Now the fans will be running continuously, shortening their life, one of the things I was trying to avoid by de-powering the whole station when not in use.

I hate fans in equipment!!!!!

Lloyd
VE3ERQ
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Tim - W4TME, Customer Experience Manager

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Running the fans will not appreciably shorten their life.  For the 1st generation 6000s, running them keeps the sleeves well lubricated.  The 6700 I use for support and testing, one of the original ones (#19), has run continuously for several years.  I only shut it down during electrical storms or when I'm away from the shack for several days or more.
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L.Kubis

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Thanks Tim, that makes me feel a little better as far as running the station continuously.

Cheers!
Lloyd
VE3ERQ
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Marc Lalonde

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HI Lloyd

my own observation on my 6700 is that radio not work under 0 Celsius  even if let run 24/24 
you must have heated enclosure for the radio  , and keep it over 10 deg for got safety margin

my 6700 is gone because of this  ,now wait for a 6600 but have build a 24" x 24" x 24" 2" thick foam insulation box
whit 240V 300W  base plate heater ,tied to 120v so it now 70W whit mechanical thermostat

all remain of the station is a outdoor temp and not have any issue even whit last -30 night ;-)

Best 73!  Marc VE2PN 
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L.Kubis

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Thanks for your comments Marc. I will have to get more of your cold weather experience later as I may have to move my station outdoors at the base of my tower because of space limitations.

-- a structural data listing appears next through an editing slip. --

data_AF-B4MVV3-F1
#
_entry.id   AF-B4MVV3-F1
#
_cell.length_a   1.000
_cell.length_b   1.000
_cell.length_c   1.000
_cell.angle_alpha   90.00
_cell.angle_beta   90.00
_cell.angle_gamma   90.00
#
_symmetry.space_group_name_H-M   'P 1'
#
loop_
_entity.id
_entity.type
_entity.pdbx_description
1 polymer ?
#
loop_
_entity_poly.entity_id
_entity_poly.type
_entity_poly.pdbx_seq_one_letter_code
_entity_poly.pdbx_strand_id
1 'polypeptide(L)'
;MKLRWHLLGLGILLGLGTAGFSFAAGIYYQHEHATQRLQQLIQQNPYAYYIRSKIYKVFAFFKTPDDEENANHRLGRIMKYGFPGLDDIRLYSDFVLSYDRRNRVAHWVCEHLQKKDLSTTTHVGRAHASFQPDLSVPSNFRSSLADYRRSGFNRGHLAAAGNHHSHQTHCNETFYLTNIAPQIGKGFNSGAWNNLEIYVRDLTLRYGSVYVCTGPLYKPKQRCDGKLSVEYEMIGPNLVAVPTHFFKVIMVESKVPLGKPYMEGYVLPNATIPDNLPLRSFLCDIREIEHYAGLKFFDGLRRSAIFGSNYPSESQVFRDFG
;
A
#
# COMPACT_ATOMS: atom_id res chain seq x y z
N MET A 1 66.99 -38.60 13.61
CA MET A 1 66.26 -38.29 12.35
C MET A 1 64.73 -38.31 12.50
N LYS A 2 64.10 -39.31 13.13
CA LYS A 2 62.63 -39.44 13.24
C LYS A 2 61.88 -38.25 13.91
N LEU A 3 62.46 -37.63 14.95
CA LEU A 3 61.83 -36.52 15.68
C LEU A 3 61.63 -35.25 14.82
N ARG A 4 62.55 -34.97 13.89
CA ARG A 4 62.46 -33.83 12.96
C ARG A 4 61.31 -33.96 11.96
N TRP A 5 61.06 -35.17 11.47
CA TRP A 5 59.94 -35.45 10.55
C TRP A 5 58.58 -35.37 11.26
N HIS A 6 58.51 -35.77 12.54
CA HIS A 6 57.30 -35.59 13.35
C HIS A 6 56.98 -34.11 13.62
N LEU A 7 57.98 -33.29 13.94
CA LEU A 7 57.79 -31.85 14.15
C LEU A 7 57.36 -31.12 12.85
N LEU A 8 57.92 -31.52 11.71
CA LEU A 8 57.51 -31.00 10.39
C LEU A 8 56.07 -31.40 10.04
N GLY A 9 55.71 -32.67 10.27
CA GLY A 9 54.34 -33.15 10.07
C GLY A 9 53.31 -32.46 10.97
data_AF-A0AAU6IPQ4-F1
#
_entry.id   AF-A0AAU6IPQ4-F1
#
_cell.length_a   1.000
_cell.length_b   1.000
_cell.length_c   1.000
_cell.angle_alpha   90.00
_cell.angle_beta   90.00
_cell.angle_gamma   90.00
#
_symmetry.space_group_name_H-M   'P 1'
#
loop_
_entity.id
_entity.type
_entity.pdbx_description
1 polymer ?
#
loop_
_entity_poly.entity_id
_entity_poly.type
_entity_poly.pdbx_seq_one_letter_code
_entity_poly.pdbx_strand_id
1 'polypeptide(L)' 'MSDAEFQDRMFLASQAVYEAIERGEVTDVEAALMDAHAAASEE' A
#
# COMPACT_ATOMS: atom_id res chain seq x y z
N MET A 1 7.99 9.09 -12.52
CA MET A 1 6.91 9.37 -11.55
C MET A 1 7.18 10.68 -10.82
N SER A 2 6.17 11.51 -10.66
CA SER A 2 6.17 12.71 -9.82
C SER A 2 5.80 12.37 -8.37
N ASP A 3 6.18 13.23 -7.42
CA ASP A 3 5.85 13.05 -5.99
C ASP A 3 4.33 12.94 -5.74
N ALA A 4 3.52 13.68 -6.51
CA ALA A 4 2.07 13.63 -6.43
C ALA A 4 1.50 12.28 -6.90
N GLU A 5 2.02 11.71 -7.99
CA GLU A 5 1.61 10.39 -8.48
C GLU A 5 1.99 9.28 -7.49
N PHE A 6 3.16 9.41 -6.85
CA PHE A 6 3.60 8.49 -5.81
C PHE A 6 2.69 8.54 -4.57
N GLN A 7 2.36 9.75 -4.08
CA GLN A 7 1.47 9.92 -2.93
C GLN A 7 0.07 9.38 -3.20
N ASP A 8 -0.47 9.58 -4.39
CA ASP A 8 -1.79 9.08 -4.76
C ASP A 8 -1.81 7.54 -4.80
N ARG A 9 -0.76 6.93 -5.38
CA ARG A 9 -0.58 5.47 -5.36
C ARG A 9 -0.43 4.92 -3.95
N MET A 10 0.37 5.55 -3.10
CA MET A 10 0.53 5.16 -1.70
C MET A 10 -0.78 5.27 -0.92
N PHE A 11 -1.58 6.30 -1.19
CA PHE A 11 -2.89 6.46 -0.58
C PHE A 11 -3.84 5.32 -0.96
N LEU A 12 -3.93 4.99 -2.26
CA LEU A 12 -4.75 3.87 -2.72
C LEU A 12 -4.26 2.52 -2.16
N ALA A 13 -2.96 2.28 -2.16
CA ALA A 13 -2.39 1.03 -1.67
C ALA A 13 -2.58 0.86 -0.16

I'm now researching various enclosure options in case I need to move should the Marina need the space I occupy now.

Cheers!
Lloyd
VE3ERQ
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Marc Lalonde

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Hi Lloyd  

check my QRZ page ,my setup is similar to what you what doing
radio is at base of tower and 100% remote Station in a no-were location  ;-)

must be carefully if you do heating for avoid condensation ,hot hair contain humidity
that condense on cold surface (like people whit glasses that go indoor )

that wly i prefer keep equipment at outdoor temp since less humidity on air
@-30  believe me it have  no humidity to condense on the Linear amplifier ;-) 

(Edited)
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Mike va3mw

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Hi Lloyd and Mac

We are aware of Marc's issues with his 6700 and it is possible it is a unique issue to that one device.  Since we only test to 0C, it is not impossible that this can happen.  In our lab, we did see Marc's 6700 fail, but it had to be colder than 0C in a test we ran a few weeks ago.  FlexRadio's are specified to 0C at the lowest.

However, I can share with my own personal experience much better success with my 6300.  This is my 2nd winter with my unit in a totally unheated environment.  My 6300 has been 100% fine even down to -12C and likely colder.  I leave the 6300 on full time so that the FPGA can keep itself warm.

No automatic alt text available

FRstack was reporting the PA temp at -3.3C.

This was the actual outside air temp at the time the above was taken:

Image may contain text

Other items that are fully exposed to the cold air are:
  • cable modem
  • 2 pc's
  • Steppir Controller
  • Rotator Controller
  • 3 Raspberry Pi's
  • Lightning Detector 
  • 16 port switch
  • Router/Firewall
  • 2 UPSs
  • Elecraft W2 watt meter 
  • Solid State Amp
  • Kenwood TS480 
  • RemoteRig controllers

So far, so good.  Over the past 12 years of HF operating and Contesting, the cold has NOT been my issue.  

Your mileage may very and if you are thinking of this soft of solution, you will have to test it.  For me, if it worked, great.  I just left it alone and moved on to the next project.  Next winter I will have the 6600 installed.

Mike 
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L.Kubis

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As you are aware Mike, I've been running remote for many years. Like you I had Remote Rigs with a TS480HX and then with an Omni07. All worked well in the winter while I was operating them from OZ.

The 6500 has been good until this winter, which has been much colder than before.

I will let the radio run continuously and see if that helps. My only concern is for an antenna relay which will be energized continuously, as to whether the coil holds out. I can reconfigure the wiring with no problem but the Marina is shut down so access is going to be a problem. 

If this doesn't work and if I can get access, I might have to throw my little SunSDR2 Pro in for the winter with a 100W PA. That radio runs very hot and can probably keep itself warm until I can do something more permanent for a solution.

The joys of living in the Great White North!

Lloyd
VE3ERQ